What accountability is there to patients and the community for eighteen months of abandonment and neglect?
My youngest child has been waiting for three years for an assessment for a neurodevelopment condition. She was supposed to have been seen in June 2020 but then, well CoVid happened. We get it – the NHS was dealing with an unprecedented situation.
In 2021 the NHS outsourced its backlog of assessments to a private company. We were invited in March to say whether we wanted to use that service or wait. We are done waiting.
How does the cost of outsourcing services rather than investing to increase provision in the NHS provide the best value for taxpayers’ money?
Four weeks after responding positively to the invite we had heard nothing. I rang both the Neurodevelopment department and the private company and discovered my child was on a “spreadsheet” but it hadn’t been uploaded and sent to the private company. She was in limbo, no longer on the NHS list, but not yet on the private companies books.
At the beginning of May we finally received the Welcome email from the private company. Except the assessment is for something different to the one we were waiting for. More phone calls and one very exasperated voice mail later and we discover that the NHS referred my child for the wrong condition. It’s now sorted but if I hadn’t spotted the mistake she would have been assessed for something else entirely and not the thing we have waited three years for. The good news is that we now have a date for her assessment.
Where is my child, the patient, in this system?
Keep it simple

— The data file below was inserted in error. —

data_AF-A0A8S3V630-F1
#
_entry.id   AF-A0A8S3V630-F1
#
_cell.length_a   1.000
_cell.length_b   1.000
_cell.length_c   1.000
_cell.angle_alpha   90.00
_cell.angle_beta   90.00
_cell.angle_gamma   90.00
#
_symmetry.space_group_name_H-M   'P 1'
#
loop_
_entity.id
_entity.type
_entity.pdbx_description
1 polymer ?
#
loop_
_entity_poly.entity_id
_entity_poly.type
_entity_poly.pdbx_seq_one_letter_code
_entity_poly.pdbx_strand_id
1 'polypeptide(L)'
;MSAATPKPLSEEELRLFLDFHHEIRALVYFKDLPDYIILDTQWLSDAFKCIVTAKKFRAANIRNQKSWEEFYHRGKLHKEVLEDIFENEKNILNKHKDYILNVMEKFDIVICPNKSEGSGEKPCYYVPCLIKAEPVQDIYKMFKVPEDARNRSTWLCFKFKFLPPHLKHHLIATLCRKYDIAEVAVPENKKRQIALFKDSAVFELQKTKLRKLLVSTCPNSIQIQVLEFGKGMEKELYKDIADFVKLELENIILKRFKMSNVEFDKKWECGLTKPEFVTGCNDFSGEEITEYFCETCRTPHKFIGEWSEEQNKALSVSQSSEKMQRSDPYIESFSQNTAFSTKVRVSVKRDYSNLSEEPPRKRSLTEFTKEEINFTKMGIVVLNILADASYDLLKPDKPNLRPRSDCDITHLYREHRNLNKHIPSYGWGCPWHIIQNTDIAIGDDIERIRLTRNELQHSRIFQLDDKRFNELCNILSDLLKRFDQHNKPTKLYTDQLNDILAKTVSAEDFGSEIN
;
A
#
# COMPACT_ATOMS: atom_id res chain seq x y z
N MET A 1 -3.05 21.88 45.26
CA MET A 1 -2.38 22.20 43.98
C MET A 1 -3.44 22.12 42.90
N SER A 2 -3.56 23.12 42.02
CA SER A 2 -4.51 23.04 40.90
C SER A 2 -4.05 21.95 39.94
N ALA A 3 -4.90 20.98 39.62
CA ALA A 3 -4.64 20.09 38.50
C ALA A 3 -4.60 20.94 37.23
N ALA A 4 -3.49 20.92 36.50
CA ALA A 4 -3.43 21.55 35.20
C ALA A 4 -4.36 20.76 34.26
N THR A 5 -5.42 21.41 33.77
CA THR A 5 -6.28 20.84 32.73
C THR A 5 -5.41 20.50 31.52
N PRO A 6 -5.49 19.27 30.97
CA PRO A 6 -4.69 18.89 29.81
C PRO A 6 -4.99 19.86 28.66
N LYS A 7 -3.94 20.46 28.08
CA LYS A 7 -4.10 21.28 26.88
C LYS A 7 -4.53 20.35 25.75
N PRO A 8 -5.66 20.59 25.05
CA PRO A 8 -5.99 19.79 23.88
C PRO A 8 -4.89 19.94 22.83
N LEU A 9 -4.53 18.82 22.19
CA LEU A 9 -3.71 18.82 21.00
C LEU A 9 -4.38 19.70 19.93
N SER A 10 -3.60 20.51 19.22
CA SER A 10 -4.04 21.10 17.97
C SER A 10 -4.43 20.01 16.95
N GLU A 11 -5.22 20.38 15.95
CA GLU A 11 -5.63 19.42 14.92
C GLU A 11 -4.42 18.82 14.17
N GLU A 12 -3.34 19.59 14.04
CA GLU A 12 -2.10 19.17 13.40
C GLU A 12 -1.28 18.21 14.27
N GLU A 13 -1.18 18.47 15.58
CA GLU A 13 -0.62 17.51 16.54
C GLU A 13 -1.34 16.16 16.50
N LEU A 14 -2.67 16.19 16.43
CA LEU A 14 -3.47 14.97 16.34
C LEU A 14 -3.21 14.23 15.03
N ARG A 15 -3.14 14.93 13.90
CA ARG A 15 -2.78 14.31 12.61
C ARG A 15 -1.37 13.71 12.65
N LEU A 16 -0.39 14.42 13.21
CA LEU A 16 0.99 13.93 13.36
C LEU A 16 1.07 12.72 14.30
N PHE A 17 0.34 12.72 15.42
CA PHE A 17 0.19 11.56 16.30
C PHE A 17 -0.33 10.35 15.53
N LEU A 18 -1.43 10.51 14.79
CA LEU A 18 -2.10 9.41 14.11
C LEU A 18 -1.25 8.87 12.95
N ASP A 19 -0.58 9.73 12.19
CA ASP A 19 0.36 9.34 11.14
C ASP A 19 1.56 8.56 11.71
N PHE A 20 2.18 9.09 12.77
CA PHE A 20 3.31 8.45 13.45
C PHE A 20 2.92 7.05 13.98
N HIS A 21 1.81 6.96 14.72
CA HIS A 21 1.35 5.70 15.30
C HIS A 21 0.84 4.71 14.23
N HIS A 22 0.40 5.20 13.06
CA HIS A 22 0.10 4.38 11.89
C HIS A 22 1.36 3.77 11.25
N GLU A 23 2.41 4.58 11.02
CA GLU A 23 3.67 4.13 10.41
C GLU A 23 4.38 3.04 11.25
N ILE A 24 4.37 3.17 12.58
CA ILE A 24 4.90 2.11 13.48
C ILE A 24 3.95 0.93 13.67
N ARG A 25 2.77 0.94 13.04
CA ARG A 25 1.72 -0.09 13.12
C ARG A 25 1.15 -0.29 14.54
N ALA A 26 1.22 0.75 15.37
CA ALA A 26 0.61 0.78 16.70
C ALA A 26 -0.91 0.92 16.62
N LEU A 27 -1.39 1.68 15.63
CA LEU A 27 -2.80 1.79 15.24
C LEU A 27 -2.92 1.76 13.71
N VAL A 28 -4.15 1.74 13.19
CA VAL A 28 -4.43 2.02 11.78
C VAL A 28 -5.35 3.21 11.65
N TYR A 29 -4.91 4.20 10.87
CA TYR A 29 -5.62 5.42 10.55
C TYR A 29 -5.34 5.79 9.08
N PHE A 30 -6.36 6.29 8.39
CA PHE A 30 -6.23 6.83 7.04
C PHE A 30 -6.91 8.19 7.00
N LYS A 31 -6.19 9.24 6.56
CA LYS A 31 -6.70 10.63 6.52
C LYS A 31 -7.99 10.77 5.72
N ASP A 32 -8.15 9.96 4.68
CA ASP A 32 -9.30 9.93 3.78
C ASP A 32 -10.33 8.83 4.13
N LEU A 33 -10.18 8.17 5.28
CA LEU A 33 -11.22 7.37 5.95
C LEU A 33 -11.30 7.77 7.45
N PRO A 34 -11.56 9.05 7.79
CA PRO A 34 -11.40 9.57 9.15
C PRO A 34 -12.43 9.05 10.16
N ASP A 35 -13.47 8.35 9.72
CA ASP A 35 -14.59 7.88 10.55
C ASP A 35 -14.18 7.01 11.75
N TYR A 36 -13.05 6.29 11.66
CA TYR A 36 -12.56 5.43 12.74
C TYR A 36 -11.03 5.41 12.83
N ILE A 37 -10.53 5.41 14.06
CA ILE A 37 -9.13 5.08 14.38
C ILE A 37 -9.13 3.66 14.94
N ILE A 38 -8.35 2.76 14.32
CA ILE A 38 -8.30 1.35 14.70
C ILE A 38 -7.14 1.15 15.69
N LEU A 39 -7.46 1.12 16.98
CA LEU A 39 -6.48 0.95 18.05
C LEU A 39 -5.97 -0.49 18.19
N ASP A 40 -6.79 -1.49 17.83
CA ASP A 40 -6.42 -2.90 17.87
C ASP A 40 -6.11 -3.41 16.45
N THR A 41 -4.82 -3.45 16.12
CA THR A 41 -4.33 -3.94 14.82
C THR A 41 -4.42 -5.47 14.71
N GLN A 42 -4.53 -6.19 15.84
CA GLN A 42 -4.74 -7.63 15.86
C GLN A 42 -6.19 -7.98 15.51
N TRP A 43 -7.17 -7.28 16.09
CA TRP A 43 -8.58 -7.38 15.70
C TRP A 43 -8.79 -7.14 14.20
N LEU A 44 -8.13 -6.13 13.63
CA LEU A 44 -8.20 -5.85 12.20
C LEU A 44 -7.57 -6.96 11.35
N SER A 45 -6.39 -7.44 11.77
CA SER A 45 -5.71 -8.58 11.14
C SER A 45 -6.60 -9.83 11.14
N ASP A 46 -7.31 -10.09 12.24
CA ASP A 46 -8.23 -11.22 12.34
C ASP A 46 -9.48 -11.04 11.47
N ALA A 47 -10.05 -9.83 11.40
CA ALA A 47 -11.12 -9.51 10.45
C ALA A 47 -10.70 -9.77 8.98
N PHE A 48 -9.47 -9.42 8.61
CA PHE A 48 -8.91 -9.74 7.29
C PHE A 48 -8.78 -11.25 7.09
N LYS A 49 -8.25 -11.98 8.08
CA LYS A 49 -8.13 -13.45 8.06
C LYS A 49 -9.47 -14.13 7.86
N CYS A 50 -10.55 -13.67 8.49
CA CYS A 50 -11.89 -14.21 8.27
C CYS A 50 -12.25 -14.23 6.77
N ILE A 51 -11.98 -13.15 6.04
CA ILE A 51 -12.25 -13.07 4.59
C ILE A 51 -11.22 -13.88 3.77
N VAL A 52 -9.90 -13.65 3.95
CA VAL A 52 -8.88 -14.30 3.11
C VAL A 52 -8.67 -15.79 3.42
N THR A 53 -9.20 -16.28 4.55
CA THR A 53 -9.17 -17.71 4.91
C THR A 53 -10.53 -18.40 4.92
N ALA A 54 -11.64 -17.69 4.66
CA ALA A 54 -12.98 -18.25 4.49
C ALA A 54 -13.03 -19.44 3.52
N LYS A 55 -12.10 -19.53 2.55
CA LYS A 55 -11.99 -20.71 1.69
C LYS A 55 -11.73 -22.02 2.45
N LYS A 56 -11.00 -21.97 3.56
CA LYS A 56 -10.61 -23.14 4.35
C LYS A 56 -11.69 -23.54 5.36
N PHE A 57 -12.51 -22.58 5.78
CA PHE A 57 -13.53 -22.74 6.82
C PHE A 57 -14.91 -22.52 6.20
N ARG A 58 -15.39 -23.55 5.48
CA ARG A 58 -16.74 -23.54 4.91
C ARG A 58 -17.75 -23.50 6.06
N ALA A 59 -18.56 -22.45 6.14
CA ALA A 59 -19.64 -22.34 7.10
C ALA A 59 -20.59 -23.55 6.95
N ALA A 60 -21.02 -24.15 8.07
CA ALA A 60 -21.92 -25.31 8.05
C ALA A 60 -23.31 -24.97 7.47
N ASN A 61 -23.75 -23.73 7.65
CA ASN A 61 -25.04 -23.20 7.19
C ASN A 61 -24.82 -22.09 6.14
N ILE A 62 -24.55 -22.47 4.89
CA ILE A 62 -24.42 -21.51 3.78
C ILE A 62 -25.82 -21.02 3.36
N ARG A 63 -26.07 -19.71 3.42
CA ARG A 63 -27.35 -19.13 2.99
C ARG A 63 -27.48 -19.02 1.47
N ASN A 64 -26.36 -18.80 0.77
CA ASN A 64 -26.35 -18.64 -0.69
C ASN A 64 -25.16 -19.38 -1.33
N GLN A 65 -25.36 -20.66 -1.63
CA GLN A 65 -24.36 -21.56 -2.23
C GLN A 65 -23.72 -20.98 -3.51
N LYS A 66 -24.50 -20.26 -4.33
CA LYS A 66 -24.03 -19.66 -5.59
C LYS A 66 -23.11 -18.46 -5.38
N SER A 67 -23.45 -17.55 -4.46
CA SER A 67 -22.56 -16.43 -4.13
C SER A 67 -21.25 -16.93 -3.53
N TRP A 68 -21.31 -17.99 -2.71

My experience is not unique. The purpose of relating my experience is not simply to highlight how unnecessarily complicated navigating healthcare has become. When I was a kid you went to the GP with the health condition and everything happened from there. There were no doubt flaws but the GP could ring the clinical team and could get you on the list to be seen.
My purpose of this post, is to highlight how very easy it is for an organisation to lose sight of what value it brings.
I haven’t been able to turn up to a point of contact with an NHS service and say “help me address my childs clincal needs” and have someone help address those needs without me trying to navigate the system.
It would be like turning up at a London Underground station and, with no map and no clue how to navigate the tunnels be expected to arrive at your destination.
Worse still you don’t even know what destinations are available, let alone what route you should take. In addition, you have to organise the train driver and build the train to get you there.
How should the NHS operate to make sure the patient at the heart of everything that the NHS does?
I teach business operations, and help organisations traverse change to deliver business transformation. In my experience the problem comes when an organisation becomes so caught up in the process they lose sight of where the real value to the customer lies. Just because managerial layers make a processes appear “better” if it makes it harder from the customer to experience the value they get from your product or service it diminishes the value of the organisation in the eyes of the customer.
The NHS is AMAZING and I know how lucky we are in the UK to have free at the point of need healthcare. When we get to the other side of this process both my kids will have benefited from the service.
But as a patient trying to get help for a clinical need, understanding and accessing the service has lost all connection to what really matters: